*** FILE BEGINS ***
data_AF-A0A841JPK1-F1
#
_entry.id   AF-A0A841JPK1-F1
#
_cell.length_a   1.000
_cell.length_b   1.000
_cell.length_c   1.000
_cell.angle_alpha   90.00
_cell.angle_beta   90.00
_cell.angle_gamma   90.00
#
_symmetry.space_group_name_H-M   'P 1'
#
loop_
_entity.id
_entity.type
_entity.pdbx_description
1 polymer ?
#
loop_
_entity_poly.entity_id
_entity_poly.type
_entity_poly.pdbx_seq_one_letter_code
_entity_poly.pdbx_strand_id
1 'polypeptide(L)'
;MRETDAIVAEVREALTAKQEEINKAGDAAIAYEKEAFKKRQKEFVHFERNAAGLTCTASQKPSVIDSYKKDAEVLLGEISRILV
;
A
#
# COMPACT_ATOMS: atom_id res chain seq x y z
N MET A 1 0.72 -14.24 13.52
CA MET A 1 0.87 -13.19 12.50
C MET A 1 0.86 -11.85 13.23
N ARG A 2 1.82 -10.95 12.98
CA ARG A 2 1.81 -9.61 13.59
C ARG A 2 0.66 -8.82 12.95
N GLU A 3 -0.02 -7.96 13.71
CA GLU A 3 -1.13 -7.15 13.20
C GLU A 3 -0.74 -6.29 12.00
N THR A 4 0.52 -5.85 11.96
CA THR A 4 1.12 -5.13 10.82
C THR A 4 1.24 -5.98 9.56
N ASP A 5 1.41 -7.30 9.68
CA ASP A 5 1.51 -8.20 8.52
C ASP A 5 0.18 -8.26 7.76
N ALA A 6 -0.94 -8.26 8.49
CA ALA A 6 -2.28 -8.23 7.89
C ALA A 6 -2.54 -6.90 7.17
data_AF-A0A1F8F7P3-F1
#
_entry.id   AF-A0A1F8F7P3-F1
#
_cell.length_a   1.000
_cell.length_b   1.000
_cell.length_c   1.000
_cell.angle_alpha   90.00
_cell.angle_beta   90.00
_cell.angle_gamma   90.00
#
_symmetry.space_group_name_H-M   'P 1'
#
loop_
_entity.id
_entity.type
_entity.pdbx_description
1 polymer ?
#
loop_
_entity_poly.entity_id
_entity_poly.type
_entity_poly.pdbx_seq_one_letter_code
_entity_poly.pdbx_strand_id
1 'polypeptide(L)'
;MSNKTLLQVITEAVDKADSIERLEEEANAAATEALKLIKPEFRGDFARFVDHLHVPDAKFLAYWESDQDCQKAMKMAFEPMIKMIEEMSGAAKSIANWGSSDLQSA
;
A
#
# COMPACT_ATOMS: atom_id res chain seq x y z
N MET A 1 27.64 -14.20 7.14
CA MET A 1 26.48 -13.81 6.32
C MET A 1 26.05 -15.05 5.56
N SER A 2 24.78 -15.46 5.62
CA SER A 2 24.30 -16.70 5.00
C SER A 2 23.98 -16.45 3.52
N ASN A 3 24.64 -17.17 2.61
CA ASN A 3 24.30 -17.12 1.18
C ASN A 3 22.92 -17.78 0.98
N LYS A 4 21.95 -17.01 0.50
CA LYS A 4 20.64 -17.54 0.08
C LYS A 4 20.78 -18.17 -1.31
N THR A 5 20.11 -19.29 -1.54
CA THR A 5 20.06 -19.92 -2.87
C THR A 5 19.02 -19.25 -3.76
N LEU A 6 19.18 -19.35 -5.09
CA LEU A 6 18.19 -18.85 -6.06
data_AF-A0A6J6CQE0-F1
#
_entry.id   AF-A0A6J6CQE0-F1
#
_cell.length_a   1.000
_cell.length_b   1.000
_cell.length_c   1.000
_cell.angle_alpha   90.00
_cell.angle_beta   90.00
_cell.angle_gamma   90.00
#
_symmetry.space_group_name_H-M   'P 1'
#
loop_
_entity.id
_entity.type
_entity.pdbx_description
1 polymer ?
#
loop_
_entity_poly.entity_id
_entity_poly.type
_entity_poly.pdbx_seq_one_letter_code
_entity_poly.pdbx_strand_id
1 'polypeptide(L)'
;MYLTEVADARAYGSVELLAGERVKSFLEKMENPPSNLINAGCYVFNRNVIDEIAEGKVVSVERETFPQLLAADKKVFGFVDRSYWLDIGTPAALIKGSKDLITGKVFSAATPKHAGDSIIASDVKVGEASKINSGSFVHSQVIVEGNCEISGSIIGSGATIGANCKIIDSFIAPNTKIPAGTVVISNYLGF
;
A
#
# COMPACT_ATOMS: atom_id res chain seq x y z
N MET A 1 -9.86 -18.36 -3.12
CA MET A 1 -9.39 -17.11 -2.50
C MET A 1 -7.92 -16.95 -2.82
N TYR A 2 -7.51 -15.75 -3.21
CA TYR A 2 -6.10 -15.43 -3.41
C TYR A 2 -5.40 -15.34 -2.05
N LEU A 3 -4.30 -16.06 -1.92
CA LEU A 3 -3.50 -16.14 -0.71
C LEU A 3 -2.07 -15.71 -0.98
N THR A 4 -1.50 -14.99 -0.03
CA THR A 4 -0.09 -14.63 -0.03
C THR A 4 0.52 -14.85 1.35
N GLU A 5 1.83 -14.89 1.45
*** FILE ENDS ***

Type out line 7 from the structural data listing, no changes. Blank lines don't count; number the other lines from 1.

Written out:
_cell.length_c   1.000